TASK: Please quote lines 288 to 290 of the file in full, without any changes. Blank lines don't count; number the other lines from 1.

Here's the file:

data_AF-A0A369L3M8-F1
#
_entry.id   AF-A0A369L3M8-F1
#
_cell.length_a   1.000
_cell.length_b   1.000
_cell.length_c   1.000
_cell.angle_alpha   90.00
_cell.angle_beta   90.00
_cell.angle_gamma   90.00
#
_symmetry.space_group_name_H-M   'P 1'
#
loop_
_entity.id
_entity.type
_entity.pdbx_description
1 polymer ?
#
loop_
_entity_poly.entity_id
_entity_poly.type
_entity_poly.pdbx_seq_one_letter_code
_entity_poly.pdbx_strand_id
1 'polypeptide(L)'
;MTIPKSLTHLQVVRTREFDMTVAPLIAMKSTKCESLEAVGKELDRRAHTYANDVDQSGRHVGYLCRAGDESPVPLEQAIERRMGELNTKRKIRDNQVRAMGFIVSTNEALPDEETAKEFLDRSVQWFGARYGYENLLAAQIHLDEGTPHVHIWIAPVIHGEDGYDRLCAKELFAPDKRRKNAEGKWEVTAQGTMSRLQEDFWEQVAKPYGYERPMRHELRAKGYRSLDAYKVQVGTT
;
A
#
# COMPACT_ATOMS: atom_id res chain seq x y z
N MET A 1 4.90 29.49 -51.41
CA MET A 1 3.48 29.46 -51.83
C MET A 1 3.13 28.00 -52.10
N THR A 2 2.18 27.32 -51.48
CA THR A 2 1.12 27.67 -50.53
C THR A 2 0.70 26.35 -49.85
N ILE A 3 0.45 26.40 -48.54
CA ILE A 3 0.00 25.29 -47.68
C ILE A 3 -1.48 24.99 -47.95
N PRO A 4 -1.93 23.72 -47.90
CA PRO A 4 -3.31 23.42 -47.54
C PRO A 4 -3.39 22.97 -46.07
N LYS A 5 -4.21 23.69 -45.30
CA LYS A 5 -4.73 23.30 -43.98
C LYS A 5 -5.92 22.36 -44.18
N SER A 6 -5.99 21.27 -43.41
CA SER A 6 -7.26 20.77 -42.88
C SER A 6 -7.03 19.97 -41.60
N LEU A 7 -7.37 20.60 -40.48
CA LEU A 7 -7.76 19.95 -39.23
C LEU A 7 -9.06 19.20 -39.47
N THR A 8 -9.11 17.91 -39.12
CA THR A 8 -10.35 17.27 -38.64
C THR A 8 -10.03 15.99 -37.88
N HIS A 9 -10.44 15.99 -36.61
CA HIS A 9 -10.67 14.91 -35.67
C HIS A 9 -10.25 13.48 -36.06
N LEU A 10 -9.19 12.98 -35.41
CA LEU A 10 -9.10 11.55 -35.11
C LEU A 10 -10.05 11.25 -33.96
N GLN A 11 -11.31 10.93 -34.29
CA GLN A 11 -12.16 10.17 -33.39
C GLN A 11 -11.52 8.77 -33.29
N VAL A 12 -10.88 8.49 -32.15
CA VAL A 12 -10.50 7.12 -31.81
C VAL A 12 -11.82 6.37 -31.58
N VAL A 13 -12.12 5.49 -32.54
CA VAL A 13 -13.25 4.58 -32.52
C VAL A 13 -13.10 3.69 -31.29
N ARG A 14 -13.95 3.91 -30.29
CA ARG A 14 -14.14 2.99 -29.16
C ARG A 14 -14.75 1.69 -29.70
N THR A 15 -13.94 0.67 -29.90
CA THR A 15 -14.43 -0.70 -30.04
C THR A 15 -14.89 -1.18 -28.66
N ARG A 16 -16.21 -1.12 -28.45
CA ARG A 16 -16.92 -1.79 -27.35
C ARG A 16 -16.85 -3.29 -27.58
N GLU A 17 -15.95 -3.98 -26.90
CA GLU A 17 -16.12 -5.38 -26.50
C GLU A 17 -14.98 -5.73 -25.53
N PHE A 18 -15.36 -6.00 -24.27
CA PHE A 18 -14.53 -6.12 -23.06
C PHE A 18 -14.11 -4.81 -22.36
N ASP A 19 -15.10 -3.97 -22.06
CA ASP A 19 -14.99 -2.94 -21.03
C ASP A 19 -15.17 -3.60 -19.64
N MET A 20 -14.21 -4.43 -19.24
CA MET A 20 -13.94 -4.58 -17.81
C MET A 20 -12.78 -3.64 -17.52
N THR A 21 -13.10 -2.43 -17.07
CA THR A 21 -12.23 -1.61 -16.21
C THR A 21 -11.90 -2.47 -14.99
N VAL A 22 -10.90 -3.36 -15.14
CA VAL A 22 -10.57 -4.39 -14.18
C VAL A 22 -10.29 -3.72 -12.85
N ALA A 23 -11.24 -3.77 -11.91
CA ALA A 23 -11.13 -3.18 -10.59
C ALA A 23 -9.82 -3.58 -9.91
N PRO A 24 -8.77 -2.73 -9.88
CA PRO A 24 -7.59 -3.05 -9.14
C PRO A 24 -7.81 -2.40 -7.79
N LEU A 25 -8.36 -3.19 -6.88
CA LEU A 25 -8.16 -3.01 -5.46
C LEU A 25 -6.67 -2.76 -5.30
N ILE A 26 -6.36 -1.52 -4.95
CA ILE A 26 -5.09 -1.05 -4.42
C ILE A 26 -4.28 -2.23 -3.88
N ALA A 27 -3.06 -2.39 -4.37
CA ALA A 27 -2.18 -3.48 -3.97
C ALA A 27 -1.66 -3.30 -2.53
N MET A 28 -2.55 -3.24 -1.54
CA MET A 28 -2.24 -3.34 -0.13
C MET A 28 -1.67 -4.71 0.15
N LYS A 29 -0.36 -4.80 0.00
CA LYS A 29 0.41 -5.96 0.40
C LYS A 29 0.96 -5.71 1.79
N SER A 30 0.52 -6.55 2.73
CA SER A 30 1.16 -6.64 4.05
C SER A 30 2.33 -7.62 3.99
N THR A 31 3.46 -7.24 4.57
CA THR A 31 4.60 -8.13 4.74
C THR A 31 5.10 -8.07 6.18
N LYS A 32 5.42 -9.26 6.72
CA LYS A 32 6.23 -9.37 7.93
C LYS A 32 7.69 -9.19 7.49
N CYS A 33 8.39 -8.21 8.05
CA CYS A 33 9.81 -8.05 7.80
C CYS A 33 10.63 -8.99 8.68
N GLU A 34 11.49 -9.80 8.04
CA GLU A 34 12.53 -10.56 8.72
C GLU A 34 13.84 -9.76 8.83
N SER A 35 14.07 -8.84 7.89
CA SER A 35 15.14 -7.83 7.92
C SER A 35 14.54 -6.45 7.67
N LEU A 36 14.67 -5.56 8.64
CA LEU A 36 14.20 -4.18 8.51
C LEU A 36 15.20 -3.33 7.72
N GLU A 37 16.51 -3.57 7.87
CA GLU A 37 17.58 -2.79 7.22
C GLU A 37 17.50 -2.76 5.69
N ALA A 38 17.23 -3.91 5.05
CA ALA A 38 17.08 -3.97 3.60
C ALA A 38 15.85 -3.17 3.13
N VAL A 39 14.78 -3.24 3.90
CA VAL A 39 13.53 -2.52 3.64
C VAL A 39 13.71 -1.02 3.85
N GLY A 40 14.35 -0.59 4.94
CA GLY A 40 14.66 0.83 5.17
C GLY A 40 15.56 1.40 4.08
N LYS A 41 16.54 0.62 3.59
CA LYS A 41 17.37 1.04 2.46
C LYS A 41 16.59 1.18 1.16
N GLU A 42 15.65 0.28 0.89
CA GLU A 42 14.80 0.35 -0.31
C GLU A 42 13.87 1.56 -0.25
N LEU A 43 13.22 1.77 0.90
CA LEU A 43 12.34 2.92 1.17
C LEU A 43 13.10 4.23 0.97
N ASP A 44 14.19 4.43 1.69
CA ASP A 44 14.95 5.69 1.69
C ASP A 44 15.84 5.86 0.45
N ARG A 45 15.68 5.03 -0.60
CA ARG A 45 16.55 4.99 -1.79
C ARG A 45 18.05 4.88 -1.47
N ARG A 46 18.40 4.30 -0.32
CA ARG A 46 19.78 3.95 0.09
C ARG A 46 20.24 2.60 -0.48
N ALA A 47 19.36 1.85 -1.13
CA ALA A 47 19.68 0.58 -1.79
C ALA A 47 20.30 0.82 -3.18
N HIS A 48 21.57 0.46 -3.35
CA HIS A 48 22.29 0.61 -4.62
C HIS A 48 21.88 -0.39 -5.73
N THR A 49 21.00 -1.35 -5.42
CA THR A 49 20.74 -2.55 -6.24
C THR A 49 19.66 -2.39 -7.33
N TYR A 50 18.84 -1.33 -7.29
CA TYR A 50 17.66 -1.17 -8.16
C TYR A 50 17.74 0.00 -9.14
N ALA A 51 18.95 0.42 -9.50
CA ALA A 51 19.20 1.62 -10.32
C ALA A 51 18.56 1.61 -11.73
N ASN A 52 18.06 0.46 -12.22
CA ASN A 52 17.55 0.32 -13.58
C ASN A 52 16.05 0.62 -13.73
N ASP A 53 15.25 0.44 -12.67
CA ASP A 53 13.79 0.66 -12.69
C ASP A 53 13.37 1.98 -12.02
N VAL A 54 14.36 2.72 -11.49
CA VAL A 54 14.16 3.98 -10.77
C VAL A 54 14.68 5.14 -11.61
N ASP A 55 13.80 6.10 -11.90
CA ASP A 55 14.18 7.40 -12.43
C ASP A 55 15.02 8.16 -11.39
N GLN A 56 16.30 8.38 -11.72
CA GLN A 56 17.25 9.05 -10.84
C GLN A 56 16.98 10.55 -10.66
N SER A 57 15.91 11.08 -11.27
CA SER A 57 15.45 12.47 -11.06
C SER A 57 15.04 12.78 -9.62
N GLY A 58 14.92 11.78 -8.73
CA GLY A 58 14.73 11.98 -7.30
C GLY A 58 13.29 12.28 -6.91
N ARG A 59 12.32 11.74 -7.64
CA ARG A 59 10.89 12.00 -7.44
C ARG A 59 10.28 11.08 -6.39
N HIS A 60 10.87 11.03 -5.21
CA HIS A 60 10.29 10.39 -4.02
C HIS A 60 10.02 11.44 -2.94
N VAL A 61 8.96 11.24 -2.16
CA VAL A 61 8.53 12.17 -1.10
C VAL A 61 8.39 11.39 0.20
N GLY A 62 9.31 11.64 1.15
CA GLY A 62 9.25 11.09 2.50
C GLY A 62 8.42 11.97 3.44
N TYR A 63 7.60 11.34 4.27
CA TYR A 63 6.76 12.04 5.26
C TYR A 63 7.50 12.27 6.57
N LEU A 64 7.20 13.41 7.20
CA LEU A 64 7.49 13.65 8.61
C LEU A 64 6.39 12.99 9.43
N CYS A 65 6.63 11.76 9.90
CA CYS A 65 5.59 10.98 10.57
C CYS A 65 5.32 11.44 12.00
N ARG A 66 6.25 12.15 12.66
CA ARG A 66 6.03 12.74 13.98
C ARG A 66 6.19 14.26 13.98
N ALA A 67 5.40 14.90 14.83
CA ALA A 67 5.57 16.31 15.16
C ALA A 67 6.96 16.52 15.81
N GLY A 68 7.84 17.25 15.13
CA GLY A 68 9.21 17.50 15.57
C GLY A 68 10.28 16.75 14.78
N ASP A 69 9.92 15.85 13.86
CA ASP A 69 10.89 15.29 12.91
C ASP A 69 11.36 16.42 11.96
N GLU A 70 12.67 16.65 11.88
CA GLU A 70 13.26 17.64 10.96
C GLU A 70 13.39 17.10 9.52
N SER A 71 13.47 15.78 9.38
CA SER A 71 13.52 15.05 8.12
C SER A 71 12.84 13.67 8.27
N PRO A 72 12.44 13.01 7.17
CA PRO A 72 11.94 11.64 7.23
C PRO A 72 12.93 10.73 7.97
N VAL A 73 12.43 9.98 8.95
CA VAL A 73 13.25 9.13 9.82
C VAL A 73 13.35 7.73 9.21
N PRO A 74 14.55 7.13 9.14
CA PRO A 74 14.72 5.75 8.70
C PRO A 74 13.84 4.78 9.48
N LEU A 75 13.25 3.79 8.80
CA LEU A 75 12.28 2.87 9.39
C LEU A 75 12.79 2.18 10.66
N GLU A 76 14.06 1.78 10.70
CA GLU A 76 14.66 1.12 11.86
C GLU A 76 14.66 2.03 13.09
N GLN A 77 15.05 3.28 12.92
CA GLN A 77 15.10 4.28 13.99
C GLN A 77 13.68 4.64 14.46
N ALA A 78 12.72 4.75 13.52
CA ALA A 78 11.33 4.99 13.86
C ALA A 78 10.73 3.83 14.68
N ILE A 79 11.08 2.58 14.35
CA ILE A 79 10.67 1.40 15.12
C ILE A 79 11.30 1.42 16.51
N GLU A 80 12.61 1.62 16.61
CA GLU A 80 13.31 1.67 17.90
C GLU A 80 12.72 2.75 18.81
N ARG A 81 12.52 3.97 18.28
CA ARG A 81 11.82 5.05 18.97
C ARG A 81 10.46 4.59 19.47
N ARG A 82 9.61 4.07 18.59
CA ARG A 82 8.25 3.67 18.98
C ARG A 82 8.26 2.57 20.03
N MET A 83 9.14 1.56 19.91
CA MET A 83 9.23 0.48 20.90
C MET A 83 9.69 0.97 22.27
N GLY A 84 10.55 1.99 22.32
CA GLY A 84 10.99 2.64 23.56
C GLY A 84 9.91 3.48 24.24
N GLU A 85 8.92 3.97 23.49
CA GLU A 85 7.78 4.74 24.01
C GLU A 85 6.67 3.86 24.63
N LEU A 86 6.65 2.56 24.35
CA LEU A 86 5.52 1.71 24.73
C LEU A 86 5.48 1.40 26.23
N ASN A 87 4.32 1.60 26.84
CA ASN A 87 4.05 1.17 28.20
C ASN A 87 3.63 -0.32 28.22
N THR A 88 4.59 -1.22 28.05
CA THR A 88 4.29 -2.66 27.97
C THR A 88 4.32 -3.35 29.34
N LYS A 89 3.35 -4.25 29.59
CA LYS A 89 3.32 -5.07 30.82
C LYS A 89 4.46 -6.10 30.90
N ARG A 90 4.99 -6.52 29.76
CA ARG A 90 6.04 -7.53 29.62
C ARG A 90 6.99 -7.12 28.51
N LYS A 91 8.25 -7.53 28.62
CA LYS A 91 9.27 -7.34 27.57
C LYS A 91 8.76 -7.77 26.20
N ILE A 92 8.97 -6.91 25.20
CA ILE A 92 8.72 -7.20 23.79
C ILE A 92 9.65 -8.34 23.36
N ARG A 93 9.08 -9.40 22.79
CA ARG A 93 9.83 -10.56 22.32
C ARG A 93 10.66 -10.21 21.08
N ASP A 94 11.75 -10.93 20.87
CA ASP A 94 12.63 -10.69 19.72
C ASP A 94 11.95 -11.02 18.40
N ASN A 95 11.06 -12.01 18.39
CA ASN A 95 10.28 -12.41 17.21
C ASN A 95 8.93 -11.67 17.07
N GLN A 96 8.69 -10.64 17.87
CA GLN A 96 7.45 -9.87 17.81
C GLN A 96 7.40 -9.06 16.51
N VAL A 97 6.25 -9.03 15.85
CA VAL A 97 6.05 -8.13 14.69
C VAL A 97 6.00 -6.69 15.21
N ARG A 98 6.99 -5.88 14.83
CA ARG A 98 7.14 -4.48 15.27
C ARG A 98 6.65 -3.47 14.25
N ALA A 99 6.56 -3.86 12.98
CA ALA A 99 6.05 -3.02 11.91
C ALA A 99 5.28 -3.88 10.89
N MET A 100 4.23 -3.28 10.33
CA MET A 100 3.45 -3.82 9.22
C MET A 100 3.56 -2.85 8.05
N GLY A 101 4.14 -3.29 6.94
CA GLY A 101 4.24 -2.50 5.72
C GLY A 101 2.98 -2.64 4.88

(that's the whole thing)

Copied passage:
C LEU A 86 5.48 1.40 26.23
N ASN A 87 4.32 1.60 26.84
CA ASN A 87 4.05 1.17 28.20